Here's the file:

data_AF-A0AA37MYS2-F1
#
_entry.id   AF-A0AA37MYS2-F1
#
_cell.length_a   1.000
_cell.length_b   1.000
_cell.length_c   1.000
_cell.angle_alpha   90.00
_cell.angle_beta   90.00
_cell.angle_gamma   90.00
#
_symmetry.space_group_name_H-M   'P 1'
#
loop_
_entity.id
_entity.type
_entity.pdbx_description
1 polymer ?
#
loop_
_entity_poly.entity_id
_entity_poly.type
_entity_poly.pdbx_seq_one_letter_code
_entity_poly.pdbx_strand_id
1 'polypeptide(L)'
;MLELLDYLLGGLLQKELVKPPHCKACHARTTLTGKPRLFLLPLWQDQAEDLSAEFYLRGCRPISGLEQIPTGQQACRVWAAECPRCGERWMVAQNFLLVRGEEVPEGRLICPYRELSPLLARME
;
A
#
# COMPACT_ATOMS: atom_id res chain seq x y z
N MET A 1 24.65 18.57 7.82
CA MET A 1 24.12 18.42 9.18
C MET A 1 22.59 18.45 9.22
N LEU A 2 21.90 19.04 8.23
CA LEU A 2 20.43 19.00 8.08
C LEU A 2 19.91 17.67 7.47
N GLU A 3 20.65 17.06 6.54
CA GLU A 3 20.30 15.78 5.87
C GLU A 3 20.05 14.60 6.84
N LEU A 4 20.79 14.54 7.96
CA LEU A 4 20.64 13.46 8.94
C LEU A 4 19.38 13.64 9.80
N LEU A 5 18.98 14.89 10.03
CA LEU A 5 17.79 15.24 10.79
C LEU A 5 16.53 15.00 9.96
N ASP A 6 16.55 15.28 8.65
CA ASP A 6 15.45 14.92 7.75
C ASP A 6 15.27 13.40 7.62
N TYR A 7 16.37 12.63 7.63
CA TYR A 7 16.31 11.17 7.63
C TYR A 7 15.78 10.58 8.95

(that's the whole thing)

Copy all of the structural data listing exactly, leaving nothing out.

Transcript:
data_AF-A0AA37MYS2-F1
#
_entry.id   AF-A0AA37MYS2-F1
#
_cell.length_a   1.000
_cell.length_b   1.000
_cell.length_c   1.000
_cell.angle_alpha   90.00
_cell.angle_beta   90.00
_cell.angle_gamma   90.00
#
_symmetry.space_group_name_H-M   'P 1'
#
loop_
_entity.id
_entity.type
_entity.pdbx_description
1 polymer ?
#
loop_
_entity_poly.entity_id
_entity_poly.type
_entity_poly.pdbx_seq_one_letter_code
_entity_poly.pdbx_strand_id
1 'polypeptide(L)'
;MLELLDYLLGGLLQKELVKPPHCKACHARTTLTGKPRLFLLPLWQDQAEDLSAEFYLRGCRPISGLEQIPTGQQACRVWAAECPRCGERWMVAQNFLLVRGEEVPEGRLICPYRELSPLLARME
;
A
#
# COMPACT_ATOMS: atom_id res chain seq x y z
N MET A 1 24.65 18.57 7.82
CA MET A 1 24.12 18.42 9.18
C MET A 1 22.59 18.45 9.22
N LEU A 2 21.90 19.04 8.23
CA LEU A 2 20.43 19.00 8.08
C LEU A 2 19.91 17.67 7.47
N GLU A 3 20.65 17.06 6.54
CA GLU A 3 20.30 15.78 5.87
C GLU A 3 20.05 14.60 6.84
N LEU A 4 20.79 14.54 7.96
CA LEU A 4 20.64 13.46 8.94
C LEU A 4 19.38 13.64 9.80
N LEU A 5 18.98 14.89 10.03
CA LEU A 5 17.79 15.24 10.79
C LEU A 5 16.53 15.00 9.96
N ASP A 6 16.55 15.28 8.65
CA ASP A 6 15.45 14.92 7.75
C ASP A 6 15.27 13.40 7.62
N TYR A 7 16.37 12.63 7.63
CA TYR A 7 16.31 11.17 7.63
C TYR A 7 15.78 10.58 8.95